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« Forest Genetics Research in the Mediterranean Basin: Bibliometric Analysis, Knowledge Gaps, and Perspectives »

Fady B., Esposito E., Abulaila K., Aleksic J.M., Alia R., Alizoti P., Apostol E.N., Aravanopoulos P., Ballian D., Dagher Kharrat M. B., Carrasquinho I., Cheikh Albassatneh M., Curtu A.L., David-Schwartz R., De Dato G., Douaihy B., Homer Eliades N.G., Fresta L., Suheil Gaouar S.B., Hachi Illoul M., Ivetic V., Ivankovic M., Kandemir G., Khaldi A., Khouja M.L., Kraigher H., Lefèvre F., Mahfoud I., Marchi M., Pérez Martín F., Picard N., Sabatti M., Sbay H., Scotti-Saintagne C., Stevens D.T., Vendramin G.G., Vinceti B., Westergren M., « Forest Genetics Research in the Mediterranean Basin: Bibliometric Analysis, Knowledge Gaps, and Perspectives », Current Forestry Reports, 22 July 2022.

Abstract :

Purpose of Review: Recognizing that in the context of global change, tree genetic diversity represents a crucial resource for future forest adaptation, we review and highlight the major forest genetics research achievements of the past decades in biodiversity-rich countries of the Mediterranean region. For this, we conducted a bibliometric analysis of the scientific literature spanning the past thirty years (1991–2020). Putting together the representative regionwide expertise of our co-authorship, we propose research perspectives for the next decade.

Recent Findings: Forest genetics research in Mediterranean countries is organized into three different scientific domains of unequal importance. The domain “Population diversity and Differentiation” related to over 62% of all publications of the period, the domain “Environmental conditions, growth and stress response” to almost 23%, and the domain “Phylogeography” to almost 15%. Citation rate was trending the opposite way, indicating a strong and sustained interest in phylogeography and a rising interest for genetics research related to climate change and drought resistance. The share of publications from Asia and Africa to the total within the Mediterranean increased significantly during the 30-year period analyzed, reaching just below 30% during the last decade.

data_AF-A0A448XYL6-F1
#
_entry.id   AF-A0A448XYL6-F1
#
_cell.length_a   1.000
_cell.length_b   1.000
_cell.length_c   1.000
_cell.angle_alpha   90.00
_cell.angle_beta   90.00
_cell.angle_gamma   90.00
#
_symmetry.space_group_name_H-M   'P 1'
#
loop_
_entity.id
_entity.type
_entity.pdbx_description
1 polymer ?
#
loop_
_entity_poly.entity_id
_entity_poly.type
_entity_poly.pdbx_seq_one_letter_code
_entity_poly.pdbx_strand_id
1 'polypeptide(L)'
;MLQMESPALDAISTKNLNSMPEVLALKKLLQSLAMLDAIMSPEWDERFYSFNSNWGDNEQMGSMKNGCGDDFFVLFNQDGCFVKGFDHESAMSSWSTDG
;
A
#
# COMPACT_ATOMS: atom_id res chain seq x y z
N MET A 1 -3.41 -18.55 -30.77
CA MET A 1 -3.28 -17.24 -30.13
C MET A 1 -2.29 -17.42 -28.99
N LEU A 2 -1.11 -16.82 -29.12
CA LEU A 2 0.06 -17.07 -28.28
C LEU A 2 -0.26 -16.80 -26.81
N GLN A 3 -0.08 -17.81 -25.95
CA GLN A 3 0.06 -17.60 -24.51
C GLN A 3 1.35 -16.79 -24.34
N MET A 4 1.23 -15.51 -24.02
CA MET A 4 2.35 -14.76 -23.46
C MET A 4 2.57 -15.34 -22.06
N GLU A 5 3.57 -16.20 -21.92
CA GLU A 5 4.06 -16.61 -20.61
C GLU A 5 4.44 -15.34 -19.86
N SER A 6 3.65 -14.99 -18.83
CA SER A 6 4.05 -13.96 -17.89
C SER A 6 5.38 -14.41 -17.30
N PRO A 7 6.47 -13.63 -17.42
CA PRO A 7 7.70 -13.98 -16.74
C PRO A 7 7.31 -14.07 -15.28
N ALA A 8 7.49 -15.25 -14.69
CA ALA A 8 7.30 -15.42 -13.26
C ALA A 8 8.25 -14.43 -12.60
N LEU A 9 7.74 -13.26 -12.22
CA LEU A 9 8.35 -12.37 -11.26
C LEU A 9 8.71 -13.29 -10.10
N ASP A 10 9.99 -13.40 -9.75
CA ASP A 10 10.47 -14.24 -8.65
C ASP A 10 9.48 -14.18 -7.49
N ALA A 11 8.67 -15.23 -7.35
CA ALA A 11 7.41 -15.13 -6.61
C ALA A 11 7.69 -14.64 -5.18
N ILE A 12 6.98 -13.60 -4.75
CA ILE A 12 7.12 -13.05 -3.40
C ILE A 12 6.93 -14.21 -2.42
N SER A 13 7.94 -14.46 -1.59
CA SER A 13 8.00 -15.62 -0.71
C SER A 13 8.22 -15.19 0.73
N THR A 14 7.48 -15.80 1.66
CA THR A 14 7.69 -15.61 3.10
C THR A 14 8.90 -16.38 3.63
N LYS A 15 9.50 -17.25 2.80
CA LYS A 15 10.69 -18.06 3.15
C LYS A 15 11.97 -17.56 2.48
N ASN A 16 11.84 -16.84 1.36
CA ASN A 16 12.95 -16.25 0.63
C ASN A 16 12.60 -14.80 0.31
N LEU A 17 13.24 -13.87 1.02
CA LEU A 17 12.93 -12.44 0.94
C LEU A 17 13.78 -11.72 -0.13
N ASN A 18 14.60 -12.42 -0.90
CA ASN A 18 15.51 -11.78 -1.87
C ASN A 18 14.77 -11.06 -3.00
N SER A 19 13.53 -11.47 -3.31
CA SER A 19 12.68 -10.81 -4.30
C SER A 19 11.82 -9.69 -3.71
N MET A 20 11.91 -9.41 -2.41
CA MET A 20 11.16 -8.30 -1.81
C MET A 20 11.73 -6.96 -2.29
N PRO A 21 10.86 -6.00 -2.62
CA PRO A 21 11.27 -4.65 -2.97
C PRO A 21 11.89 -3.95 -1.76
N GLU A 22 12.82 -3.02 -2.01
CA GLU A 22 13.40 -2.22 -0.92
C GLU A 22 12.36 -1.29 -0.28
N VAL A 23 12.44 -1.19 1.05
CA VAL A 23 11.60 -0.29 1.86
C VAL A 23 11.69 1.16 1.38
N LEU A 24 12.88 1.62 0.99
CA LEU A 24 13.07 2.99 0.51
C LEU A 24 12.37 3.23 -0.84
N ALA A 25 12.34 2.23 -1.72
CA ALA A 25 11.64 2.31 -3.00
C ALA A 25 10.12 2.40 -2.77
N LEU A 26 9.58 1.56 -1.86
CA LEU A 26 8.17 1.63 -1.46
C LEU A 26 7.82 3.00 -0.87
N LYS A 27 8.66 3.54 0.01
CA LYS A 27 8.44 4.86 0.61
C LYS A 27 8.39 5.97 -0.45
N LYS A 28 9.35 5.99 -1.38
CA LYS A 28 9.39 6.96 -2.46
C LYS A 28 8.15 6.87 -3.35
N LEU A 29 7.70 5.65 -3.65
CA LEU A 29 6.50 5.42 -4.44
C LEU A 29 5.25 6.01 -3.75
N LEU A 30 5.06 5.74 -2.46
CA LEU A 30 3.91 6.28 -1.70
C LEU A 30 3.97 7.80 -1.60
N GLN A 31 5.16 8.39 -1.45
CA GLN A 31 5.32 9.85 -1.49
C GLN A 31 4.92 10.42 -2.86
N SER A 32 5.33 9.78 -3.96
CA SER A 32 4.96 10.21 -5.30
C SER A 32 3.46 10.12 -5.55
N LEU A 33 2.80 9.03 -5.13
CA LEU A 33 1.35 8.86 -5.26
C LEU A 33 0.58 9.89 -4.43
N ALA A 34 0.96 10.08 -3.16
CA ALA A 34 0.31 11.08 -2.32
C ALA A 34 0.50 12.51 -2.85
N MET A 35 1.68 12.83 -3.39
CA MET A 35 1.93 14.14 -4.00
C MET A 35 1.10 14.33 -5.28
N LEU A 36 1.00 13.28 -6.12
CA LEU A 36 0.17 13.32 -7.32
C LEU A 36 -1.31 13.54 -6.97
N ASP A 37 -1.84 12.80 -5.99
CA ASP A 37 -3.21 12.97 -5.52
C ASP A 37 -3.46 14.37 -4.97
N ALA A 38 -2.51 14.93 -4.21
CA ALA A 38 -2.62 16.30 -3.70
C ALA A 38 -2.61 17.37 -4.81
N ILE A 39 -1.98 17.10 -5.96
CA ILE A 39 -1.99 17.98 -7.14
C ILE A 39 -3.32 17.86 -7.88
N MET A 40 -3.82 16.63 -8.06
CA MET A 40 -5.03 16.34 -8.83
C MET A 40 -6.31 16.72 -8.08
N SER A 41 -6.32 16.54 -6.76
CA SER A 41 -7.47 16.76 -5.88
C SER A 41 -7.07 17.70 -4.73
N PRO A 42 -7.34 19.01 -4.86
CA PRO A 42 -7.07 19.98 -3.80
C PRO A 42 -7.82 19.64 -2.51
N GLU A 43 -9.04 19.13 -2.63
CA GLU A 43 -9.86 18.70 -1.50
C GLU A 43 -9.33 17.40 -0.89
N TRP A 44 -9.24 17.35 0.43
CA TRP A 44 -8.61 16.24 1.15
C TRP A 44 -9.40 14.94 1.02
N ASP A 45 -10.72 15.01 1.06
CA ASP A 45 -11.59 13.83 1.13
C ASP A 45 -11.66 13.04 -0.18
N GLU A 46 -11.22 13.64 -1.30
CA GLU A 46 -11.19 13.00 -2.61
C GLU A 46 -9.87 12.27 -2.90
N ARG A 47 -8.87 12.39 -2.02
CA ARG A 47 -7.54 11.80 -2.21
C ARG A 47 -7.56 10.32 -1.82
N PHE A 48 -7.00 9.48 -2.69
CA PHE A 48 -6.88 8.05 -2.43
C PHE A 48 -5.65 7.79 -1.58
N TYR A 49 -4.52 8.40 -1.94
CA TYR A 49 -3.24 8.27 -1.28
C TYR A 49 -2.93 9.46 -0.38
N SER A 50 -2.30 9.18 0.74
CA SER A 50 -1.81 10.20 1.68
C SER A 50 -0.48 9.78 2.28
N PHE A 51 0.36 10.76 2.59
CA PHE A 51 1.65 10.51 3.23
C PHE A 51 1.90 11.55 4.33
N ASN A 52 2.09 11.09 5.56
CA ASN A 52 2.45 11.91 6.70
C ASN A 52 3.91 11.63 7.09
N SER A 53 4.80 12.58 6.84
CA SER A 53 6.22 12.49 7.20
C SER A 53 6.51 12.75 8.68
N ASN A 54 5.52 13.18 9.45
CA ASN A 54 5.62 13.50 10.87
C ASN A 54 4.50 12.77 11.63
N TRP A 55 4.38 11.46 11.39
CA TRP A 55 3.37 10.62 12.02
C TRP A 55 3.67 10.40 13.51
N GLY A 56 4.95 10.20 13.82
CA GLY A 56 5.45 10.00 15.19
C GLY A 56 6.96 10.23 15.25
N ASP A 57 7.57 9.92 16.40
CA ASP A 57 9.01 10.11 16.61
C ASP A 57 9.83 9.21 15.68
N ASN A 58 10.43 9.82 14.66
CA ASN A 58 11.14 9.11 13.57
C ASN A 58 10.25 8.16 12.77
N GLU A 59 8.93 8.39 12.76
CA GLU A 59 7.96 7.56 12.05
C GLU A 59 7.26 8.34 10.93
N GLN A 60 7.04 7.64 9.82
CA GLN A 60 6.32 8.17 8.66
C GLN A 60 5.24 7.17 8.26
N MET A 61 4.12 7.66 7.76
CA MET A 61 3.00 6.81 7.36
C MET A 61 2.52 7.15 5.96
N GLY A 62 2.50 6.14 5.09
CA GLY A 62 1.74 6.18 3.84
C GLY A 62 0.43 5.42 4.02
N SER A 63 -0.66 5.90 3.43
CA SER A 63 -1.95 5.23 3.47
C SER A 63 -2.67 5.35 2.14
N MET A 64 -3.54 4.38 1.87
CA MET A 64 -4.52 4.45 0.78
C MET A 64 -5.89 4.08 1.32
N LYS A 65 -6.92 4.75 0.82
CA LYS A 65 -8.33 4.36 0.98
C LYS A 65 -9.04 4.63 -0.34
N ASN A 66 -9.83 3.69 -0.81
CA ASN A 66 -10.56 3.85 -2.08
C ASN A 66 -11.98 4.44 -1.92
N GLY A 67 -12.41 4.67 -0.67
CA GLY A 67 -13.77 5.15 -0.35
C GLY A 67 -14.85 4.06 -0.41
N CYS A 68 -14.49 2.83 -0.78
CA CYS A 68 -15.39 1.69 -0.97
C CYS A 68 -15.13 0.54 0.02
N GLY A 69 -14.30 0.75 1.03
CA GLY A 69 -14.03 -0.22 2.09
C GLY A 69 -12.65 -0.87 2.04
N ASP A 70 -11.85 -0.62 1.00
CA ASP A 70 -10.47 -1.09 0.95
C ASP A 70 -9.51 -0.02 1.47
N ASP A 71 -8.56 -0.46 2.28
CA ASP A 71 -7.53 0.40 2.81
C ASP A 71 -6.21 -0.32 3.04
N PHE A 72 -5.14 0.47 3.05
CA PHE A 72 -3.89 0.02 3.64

Summary: Describing poorly known species and populations, including marginal populations, using the full potential of genomic methods, testing adaptation in common gardens, and modeling adaptive capacity to build reliable scenarios for forest management remain strategic research priorities. Delineating areas of high and low genetic diversity, for conservation and restoration, respectively, is needed. Joining forces between forest management and forest research, sharing data, experience, and knowledge within and among countries will have to progress significantly, e.g., to assess the potential of Mediterranean genetic resources as assisted migration material worldwide.

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